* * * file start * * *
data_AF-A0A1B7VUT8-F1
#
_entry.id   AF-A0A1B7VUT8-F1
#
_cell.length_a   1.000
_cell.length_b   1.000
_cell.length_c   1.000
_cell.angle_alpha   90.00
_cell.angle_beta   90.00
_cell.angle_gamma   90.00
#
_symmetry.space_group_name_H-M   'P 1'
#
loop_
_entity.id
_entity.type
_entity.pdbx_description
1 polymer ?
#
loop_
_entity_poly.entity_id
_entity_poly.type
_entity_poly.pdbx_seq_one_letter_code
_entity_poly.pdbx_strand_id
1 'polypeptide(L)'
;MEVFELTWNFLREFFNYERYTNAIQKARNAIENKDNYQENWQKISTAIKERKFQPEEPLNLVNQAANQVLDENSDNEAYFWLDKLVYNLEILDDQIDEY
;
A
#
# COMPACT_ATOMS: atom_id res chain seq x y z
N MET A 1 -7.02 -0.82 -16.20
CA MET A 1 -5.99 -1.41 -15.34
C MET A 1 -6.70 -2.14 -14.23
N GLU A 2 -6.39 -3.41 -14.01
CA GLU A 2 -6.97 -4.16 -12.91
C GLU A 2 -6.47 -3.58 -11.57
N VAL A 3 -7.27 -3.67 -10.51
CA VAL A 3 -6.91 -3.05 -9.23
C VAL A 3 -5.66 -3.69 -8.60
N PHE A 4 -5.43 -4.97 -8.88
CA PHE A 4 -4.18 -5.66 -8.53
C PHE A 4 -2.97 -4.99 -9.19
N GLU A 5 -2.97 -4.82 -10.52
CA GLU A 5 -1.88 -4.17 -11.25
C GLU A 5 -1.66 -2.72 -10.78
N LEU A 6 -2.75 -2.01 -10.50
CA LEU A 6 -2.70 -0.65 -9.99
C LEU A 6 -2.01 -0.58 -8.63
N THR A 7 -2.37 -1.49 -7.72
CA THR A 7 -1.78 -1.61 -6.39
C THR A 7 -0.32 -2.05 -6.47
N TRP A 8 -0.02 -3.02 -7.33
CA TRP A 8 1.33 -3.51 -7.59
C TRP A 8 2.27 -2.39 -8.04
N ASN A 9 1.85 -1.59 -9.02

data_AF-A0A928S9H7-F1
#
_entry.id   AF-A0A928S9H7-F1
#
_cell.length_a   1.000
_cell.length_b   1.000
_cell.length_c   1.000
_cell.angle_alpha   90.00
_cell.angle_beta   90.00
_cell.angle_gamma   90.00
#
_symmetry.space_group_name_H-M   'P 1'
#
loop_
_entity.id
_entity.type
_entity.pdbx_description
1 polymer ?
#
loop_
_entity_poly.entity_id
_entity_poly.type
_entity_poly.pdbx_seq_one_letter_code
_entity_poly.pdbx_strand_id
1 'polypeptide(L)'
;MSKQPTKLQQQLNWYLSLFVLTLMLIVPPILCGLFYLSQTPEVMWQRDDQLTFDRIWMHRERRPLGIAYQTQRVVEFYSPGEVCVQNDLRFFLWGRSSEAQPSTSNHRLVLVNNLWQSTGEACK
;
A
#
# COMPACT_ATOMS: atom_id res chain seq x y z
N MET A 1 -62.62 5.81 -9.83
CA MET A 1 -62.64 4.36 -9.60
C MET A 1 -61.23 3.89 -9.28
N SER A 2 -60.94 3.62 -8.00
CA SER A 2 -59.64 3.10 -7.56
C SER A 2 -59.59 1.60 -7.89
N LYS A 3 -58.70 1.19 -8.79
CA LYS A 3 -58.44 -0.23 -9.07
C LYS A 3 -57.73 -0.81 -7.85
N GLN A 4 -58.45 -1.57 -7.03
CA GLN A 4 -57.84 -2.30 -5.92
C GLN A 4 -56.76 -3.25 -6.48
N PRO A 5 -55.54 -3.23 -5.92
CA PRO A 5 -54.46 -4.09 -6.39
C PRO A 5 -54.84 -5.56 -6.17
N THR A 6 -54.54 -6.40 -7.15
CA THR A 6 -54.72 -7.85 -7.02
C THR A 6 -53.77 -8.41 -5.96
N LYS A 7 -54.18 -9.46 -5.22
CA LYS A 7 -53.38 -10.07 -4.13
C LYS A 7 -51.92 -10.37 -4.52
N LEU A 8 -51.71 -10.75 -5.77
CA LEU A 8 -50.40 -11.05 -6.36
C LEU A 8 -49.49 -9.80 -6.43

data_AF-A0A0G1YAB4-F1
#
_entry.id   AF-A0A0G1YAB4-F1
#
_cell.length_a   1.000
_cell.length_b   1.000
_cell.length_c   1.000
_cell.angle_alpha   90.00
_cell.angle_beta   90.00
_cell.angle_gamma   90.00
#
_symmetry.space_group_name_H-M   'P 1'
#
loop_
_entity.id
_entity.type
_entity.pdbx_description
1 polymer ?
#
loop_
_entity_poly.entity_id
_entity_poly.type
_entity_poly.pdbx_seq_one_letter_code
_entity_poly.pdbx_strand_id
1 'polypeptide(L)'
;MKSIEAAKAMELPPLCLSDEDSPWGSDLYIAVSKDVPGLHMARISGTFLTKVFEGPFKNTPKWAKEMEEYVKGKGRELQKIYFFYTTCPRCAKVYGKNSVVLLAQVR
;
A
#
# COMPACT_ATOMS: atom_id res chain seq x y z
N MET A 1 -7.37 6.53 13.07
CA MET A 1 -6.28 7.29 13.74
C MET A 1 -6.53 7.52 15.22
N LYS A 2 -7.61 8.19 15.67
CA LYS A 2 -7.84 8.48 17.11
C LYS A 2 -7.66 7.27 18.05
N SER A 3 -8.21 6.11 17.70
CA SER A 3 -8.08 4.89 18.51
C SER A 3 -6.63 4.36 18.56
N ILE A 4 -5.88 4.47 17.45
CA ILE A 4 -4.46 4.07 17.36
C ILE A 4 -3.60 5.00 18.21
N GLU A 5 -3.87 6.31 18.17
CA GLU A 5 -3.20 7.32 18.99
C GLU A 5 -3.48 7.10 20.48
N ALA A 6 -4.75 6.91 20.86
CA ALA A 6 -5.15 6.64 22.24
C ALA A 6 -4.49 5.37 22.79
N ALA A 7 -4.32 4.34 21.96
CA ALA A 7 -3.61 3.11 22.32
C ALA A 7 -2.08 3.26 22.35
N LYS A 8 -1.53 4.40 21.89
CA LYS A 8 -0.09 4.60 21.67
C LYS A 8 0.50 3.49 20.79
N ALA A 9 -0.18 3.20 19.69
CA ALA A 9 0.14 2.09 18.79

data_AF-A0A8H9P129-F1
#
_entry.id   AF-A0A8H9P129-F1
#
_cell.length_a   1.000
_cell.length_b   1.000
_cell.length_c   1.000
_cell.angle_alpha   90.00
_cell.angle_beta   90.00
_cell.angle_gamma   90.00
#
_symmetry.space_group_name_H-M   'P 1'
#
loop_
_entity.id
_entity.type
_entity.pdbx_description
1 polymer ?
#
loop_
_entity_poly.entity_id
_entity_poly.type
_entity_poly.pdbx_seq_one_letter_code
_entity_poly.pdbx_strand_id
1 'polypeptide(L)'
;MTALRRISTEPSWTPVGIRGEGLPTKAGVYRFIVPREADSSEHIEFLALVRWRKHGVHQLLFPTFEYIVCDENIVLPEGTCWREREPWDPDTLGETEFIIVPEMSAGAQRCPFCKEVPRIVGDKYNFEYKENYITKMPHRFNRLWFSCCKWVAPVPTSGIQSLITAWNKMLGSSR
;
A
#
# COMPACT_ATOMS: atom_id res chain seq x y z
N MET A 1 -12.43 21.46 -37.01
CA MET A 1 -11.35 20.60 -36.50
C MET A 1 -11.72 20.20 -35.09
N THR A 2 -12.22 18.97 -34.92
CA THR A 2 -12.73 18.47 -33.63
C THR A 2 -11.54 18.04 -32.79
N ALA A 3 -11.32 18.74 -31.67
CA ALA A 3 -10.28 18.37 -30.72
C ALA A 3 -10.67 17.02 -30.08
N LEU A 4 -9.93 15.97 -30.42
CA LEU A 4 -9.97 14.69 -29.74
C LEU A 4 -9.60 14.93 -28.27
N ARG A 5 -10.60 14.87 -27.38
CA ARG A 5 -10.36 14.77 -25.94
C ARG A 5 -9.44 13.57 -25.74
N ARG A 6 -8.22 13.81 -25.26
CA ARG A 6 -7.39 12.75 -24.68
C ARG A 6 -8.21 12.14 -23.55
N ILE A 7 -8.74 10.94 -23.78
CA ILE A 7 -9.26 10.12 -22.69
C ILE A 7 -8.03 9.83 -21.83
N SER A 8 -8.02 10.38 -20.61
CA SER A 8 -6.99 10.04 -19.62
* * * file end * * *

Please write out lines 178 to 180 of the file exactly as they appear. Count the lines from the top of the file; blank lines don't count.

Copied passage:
#
loop_
_entity.id